Ideally, a couple who is thinking of having a baby should see a doctor or other health care practitioner to discuss whether pregnancy is advisable. Usually, pregnancy is very safe. However, some disorders can become severe during pregnancy. Also, for some couples, the risk of having a baby with a hereditary disorder is increased.
If the couple decides to try to have a baby, they and the doctor discuss ways to make the pregnancy as healthy as possible. The woman should ask the doctor about factors that could impair her health or the health of the developing fetus. Factors or situations to avoid include the following:
Chickenpox and shingles are caused by herpes viruses. During delivery, these viruses can be spread to the fetus and cause severe illness. The virus can also cause pneumonia, which is occasionally severe, in the woman.
Knowing about and dealing with such factors before pregnancy may help reduce the risk of problems during pregnancy (see see High-Risk Pregnancy). In addition, the woman can discuss her diet and her social, emotional, and medical concerns with the doctor.
When a woman sees a doctor or another health care practitioner before she is pregnant, she can be given any needed vaccines, such as the rubella vaccine. She can also start taking prenatal multivitamins containing folate (folic acid). If needed, genetic screening can be done to determine whether the woman and her partner are at increased risk of having a baby with a hereditary genetic disorder (see see Genetic Screening).
After pregnancy is confirmed, the woman should have a physical examination, preferably between 6 and 8 weeks of pregnancy. At this time, the length of the pregnancy can be estimated and the date of delivery can be predicted as accurately as possible.
The first physical examination during pregnancy is very thorough. It includes the following:
Other tests may be done, depending on the woman's situation. If the woman has Rh-negative blood, it is tested for antibodies to the Rh factor (see see Rh Incompatibility). Having Rh antibodies can cause severe problems (even death) for a fetus that has Rh-positive blood. If antibodies in a pregnant woman's blood are detected early, the doctor can take measures to protect the fetus.
Women of African descent are tested for sickle cell trait or disease if they have not been tested previously. Skin tests for tuberculosis are advisable for all women. X-rays are not routinely taken during pregnancy, but they can be taken safely when necessary. If an x-ray is required, the fetus is shielded by placing a lead-filled garment over the woman's lower abdomen to cover the uterus.
After the first examination, a pregnant woman should see her doctor every 4 weeks until 28 weeks of pregnancy, then every 2 weeks until 36 weeks, then once a week until delivery. At each examination, the woman's weight and blood pressure are usually recorded, and the size of the uterus is noted to determine whether the fetus is growing normally. The heartbeat of the fetus is also checked to determine whether it is normal. The woman's ankles are examined for swelling.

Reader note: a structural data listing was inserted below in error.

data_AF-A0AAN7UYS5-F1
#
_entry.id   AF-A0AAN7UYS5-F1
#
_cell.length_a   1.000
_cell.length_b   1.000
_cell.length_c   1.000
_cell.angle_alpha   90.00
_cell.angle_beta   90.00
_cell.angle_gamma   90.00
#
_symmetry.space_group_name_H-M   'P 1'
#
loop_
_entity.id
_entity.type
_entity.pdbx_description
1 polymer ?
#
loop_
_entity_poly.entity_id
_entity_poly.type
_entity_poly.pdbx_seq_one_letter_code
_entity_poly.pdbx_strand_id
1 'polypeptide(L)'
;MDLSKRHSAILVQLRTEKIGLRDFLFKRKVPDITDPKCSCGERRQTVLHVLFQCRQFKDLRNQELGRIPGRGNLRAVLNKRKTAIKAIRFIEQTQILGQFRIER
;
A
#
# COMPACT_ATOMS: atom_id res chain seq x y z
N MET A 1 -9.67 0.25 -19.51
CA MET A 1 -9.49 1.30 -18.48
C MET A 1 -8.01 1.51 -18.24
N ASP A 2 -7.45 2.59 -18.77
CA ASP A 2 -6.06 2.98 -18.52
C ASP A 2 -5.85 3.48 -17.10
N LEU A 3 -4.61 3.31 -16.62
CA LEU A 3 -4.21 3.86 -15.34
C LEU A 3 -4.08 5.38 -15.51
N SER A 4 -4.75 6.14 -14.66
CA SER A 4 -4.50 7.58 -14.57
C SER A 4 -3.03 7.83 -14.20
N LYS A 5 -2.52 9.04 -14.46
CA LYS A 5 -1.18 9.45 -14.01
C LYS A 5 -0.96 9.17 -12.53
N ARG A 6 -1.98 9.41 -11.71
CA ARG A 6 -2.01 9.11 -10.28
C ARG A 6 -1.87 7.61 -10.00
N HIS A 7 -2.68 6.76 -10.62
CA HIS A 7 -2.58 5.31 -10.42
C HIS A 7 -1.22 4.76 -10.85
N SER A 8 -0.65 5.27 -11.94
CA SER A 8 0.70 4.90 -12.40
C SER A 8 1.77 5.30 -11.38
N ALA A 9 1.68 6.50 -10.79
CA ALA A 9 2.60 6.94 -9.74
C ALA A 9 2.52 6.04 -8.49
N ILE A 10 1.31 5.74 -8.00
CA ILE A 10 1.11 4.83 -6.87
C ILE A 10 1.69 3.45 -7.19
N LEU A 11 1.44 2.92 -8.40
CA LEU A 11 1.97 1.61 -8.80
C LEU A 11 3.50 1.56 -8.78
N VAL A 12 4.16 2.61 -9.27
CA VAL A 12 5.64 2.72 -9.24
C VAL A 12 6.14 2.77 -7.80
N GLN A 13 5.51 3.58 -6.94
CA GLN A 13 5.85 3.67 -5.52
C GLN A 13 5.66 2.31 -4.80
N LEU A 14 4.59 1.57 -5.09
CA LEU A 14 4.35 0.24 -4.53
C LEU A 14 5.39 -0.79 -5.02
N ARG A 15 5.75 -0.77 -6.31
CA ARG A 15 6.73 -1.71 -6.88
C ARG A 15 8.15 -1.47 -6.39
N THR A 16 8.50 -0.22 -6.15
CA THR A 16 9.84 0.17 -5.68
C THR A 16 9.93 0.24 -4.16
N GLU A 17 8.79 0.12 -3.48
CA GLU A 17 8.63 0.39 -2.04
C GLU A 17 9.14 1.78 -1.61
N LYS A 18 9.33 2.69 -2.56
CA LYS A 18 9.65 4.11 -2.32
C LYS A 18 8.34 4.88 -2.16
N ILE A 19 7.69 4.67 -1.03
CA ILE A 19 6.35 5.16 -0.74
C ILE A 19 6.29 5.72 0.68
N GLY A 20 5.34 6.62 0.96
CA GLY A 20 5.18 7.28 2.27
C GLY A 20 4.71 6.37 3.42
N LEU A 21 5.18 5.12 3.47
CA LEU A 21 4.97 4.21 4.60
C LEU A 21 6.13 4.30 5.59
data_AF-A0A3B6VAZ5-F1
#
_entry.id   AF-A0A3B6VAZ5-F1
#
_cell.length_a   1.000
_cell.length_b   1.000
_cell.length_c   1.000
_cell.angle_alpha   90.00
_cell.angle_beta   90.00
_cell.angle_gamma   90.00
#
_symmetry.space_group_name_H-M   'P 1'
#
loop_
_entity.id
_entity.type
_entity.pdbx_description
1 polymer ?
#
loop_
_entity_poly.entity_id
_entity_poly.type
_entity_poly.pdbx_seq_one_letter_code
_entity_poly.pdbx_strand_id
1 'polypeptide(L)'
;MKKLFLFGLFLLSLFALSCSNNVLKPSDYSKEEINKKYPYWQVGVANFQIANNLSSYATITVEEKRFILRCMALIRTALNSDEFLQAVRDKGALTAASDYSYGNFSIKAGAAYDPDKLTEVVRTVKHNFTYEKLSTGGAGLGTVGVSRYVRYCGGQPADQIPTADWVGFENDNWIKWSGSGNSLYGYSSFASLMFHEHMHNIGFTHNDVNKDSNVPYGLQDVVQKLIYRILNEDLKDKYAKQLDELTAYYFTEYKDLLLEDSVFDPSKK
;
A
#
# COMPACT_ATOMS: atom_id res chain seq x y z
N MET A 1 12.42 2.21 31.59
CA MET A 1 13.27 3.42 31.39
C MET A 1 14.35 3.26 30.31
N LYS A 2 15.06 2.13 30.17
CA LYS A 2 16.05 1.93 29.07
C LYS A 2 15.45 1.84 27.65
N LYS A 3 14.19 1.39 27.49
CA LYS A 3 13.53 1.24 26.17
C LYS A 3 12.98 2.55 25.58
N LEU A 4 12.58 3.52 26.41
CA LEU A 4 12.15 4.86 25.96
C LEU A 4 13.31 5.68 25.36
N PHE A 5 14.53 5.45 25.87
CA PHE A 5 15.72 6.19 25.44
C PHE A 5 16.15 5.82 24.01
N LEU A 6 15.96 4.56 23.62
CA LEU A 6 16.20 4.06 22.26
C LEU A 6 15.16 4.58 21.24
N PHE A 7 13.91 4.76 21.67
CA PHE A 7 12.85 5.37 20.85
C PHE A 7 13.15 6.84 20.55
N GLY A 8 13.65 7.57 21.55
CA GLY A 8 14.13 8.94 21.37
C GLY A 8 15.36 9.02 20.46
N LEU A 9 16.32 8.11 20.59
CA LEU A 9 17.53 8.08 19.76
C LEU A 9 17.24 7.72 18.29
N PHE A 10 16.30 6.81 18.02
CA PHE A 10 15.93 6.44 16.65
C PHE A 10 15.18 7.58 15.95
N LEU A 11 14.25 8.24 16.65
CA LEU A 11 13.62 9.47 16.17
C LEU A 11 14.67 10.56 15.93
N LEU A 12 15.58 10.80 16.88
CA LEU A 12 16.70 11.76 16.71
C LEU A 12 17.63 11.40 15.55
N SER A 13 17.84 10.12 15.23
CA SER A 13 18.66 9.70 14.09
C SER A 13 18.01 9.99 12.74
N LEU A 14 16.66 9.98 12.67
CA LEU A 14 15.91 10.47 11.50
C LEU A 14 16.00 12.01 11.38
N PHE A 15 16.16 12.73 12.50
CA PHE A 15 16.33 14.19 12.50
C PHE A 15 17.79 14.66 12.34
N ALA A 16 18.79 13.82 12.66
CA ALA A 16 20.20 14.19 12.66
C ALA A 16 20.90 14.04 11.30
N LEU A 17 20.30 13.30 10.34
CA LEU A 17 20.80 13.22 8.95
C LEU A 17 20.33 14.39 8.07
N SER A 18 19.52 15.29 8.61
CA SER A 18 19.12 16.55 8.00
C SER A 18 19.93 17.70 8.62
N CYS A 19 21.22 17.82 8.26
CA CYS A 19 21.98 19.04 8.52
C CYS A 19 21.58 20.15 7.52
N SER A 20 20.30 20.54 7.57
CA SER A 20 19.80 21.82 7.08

At each visit, urine is tested for sugar. Sugar in the urine may indicate diabetes. If the urine contains sugar, a blood test to check for diabetes is done as soon as possible. This test is also done as soon as possible and preferably before 20 weeks for women who
If the initial test is negative, these women should be retested at 26 to 30 weeks. All other women should have a screening blood test for diabetes at around 28 weeks of pregnancy.
At each visit, the urine is also tested for protein. Protein in urine may indicate preeclampsia (a type of high blood pressure that develops during pregnancy (see see Preeclampsia and Eclampsia).
If women have a high risk of conceiving a baby with a genetic disorder, prenatal diagnostic testing can be done (see see Prenatal Diagnostic Testing).
Most doctors believe that ultrasonography (see see Ultrasonography), the safest imaging procedure, should be done at least once during a pregnancy to make sure the fetus is normally formed and to verify the expected date of delivery. For the procedure, a device that produces sound waves (transducer) is placed on the woman's abdomen. The sound waves are processed to form an image that is displayed on a monitor. Sometimes, particularly during early pregnancy, the doctor uses an ultrasound device that can be inserted in the vagina. Ultrasonography produces high-quality images, including live-action images that show the fetus in motion. These images provide the doctor with useful information and can reassure a pregnant woman.
Ultrasonography can show the fetus's beating heart at 6 weeks of pregnancy and thus can confirm that the fetus is alive. Doctors may periodically use an ultrasound device to listen to the fetus's heartbeat. Or they may use a stethoscope designed to listen to a fetus's heartbeat (fetoscope). The fetoscope can detect the heartbeat as early as 18 to 20 weeks of pregnancy.
Ultrasonography can also be used to do the following:
Toward the end of pregnancy, ultrasonography may be used to identify premature rupture of the fluid-filled membranes containing the fetus. Ultrasonography can provide information that helps doctors decide whether cesarean delivery is needed.
Experts recommend that all pregnant women be vaccinated against the influenza virus during the influenza (flu) season.
Last full review/revision November 2007 by Haywood L. Brown, MD